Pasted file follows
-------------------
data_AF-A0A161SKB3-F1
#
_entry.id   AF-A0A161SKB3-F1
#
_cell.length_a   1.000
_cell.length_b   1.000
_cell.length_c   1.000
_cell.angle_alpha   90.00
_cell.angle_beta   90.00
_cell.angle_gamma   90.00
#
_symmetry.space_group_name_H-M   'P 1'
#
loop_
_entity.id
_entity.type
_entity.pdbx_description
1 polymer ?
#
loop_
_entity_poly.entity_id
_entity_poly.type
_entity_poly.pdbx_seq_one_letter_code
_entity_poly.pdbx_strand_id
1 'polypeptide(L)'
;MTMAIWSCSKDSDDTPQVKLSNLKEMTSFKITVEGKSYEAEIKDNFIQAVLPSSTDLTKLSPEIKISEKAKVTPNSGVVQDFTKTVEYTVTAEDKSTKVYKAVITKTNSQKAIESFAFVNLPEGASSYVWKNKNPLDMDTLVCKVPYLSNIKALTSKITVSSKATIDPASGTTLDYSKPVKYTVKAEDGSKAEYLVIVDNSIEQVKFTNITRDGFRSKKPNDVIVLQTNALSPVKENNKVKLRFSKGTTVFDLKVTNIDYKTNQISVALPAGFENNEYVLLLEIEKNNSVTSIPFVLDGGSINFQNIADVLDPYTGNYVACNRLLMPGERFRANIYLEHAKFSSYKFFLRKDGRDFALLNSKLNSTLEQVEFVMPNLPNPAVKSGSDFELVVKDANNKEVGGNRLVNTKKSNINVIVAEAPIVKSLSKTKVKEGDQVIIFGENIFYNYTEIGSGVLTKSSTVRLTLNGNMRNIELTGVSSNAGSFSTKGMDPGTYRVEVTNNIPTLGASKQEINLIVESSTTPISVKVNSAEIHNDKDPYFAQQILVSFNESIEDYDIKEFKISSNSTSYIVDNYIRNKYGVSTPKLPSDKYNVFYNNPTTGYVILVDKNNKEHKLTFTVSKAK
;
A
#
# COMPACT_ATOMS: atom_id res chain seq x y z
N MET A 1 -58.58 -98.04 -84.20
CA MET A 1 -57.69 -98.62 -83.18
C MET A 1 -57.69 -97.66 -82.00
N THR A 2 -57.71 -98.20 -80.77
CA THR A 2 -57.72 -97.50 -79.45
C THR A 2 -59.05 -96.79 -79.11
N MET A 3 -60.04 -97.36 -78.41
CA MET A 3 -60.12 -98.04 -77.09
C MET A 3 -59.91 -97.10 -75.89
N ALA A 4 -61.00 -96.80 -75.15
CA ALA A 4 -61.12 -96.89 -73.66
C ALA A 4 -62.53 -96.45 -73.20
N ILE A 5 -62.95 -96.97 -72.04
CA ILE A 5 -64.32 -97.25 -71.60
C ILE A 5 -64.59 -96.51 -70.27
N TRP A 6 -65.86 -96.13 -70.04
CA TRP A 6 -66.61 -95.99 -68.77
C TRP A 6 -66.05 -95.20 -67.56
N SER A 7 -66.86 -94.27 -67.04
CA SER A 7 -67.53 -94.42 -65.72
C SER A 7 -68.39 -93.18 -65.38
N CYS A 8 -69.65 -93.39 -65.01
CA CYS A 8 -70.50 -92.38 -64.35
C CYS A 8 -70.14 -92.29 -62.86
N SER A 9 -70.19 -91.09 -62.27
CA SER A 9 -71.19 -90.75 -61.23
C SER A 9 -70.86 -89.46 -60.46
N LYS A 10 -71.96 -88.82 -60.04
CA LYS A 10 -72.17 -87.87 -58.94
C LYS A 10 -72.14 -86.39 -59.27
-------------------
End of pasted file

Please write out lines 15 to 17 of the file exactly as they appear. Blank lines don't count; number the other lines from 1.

_entity.id
_entity.type
_entity.pdbx_description